The 2021 session of the Eastern Pennsylvania Annual Conference, May 20-22, meeting via Zoom webinar for a second time, showed newfound skill in virtual conferencing, deftly mixing live with pre-recorded content, including preaching, teaching, legislating, reports and recognitions.
There were questions but little debate over eight resolutions in total. One approves conference trustees’ clarification of how to distribute required payments received from churches that want to disaffiliate from the denomination and retain their property.
The 2019 Special General Conference (UM Book of Discipline, para. 2553, pages 4-5) determined that churches may disaffiliate for reasons of conscience—prompted by UMC policies toward LGBTQ members’ rights–and retain their property if they meet conditions approved by their annual conferences, including making required, negotiated payments. Typically, a UM church’s property is owned by the denomination through the annual conference but held in trust by the congregation.
Conference passes seven resolutions and budget
Four approved resolutions address Clergy Equitable Compensation levels and Clergy Benefits, including retirement payments, rental/housing allowances for retired or disabled clergy, and pension past-service-rate increases for pre-1982 clergy retirees.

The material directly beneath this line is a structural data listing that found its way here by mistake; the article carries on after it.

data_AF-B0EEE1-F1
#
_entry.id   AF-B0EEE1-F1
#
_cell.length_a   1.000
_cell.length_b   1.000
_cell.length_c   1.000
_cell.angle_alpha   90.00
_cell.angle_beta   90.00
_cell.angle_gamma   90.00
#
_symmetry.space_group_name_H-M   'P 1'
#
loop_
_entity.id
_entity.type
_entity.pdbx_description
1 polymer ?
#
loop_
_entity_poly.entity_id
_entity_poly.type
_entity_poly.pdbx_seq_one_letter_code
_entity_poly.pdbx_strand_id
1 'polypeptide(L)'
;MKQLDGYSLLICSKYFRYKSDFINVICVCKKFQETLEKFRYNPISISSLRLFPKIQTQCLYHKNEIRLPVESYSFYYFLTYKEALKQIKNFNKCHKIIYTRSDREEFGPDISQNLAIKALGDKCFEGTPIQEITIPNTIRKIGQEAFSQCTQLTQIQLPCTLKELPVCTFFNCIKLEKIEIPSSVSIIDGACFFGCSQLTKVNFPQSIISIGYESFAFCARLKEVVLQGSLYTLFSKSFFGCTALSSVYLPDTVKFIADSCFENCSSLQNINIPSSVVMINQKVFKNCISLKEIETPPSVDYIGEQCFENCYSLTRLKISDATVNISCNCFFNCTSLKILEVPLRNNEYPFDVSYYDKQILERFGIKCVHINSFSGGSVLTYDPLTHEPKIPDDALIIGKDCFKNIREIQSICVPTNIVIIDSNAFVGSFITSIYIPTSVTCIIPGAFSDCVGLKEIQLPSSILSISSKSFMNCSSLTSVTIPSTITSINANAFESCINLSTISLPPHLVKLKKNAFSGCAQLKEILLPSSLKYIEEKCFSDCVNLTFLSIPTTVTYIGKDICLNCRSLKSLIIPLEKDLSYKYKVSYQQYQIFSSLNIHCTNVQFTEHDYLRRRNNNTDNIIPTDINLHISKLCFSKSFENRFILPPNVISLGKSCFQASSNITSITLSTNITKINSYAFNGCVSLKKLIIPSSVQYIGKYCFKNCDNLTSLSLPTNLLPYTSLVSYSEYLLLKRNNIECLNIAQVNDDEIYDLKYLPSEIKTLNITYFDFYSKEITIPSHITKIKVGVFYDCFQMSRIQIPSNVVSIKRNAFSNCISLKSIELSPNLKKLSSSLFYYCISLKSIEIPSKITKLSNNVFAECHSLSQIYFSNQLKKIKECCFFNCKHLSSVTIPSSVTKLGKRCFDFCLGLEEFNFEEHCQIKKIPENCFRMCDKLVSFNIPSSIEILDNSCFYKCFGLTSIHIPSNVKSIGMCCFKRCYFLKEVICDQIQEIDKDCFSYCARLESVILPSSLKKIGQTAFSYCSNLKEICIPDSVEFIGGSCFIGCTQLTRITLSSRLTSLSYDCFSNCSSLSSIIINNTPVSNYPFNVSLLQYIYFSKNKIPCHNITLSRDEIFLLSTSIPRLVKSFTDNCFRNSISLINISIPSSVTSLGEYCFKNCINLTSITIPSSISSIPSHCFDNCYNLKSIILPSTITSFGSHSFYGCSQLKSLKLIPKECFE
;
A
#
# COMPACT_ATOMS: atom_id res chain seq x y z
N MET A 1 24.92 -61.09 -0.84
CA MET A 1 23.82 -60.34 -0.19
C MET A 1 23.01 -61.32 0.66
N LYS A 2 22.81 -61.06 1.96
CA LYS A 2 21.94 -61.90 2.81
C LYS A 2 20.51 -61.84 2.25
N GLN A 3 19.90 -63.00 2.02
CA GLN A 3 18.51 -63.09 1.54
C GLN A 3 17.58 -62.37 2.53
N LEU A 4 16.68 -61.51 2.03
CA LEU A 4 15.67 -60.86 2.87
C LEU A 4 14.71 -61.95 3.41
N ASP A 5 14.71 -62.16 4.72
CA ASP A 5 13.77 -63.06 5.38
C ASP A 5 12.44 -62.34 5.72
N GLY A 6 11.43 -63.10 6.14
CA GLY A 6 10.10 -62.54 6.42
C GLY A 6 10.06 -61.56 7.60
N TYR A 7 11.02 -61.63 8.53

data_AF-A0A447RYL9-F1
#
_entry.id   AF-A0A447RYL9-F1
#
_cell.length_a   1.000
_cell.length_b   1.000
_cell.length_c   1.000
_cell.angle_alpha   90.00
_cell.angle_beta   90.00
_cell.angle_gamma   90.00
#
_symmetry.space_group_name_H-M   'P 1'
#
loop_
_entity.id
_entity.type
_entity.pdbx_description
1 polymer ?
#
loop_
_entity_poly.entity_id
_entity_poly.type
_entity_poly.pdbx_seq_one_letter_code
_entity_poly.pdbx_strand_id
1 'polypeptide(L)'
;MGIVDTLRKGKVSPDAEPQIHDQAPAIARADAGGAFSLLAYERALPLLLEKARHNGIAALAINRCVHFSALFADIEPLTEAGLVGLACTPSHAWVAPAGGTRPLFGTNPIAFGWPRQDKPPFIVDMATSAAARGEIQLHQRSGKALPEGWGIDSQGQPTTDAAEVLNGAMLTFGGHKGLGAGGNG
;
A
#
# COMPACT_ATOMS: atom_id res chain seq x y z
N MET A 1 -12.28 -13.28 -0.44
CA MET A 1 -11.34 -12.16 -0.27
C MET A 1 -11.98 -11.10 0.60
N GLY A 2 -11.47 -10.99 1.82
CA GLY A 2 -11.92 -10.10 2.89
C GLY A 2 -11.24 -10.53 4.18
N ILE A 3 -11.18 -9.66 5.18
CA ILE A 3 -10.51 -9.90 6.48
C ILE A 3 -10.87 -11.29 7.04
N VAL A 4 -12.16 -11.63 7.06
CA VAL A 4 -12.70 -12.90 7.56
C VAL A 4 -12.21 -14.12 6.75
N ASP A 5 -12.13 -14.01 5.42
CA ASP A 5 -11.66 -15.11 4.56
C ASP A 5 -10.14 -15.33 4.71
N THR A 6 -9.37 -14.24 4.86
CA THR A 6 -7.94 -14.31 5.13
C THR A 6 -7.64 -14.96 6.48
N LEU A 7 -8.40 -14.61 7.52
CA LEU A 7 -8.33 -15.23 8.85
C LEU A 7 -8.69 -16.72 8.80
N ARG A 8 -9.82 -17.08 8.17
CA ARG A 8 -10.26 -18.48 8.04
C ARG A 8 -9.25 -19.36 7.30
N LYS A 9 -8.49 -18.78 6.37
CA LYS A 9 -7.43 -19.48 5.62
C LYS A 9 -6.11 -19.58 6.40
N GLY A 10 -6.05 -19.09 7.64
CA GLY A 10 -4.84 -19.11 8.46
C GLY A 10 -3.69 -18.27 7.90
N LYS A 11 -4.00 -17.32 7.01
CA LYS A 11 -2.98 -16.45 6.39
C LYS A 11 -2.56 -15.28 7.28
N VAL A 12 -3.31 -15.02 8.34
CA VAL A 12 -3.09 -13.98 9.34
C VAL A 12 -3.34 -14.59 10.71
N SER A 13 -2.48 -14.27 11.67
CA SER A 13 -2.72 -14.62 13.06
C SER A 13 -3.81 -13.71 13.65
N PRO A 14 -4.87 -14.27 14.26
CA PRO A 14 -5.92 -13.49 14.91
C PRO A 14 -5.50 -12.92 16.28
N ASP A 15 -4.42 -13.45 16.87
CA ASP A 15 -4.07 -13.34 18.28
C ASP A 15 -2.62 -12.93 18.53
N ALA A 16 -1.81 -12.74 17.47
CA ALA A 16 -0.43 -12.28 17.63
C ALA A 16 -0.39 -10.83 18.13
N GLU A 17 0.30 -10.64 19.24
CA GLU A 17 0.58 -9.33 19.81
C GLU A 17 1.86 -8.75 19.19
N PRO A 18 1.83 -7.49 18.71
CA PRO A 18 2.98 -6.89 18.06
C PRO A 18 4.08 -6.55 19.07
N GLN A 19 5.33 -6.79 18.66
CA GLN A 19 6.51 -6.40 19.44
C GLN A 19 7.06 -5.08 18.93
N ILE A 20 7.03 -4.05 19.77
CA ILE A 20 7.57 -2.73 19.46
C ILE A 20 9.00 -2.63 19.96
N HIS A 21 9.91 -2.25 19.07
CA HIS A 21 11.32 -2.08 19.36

The pension increase, from $502 to $515 monthly, is the first in at least five years. It is directly related to the conference having achieved 100% funding in its Pre-1982 account, a result of its successful 2014-2017 capital campaign.
The session body also approved six ministries as Advance Special Projects for 2021-2022, endorsing them to seek funding support from local churches. The Conference Global Ministries Team recommended the projects.
And the conference voted to officially discontinue two East District churches that closed recently due to membership losses: First UMC in Perkasie and Asbury UMC in Norristown.
The conference passed a 2022 Connectional Ministries Fund spending budget of $3.3 million, $74,500 or 2.3 percent more than in 2021 but the same amount as in 2020. “The overall spending for the Connectional Ministries Fund has remained fairly flat over the past decade,” reported Irene Dickinson, chair of the conference’s Council on Finance and Administration (CFA). “The average increase has been 1.5 percent. The conference continues to be strategically frugal and strives to be a good steward of the finances.”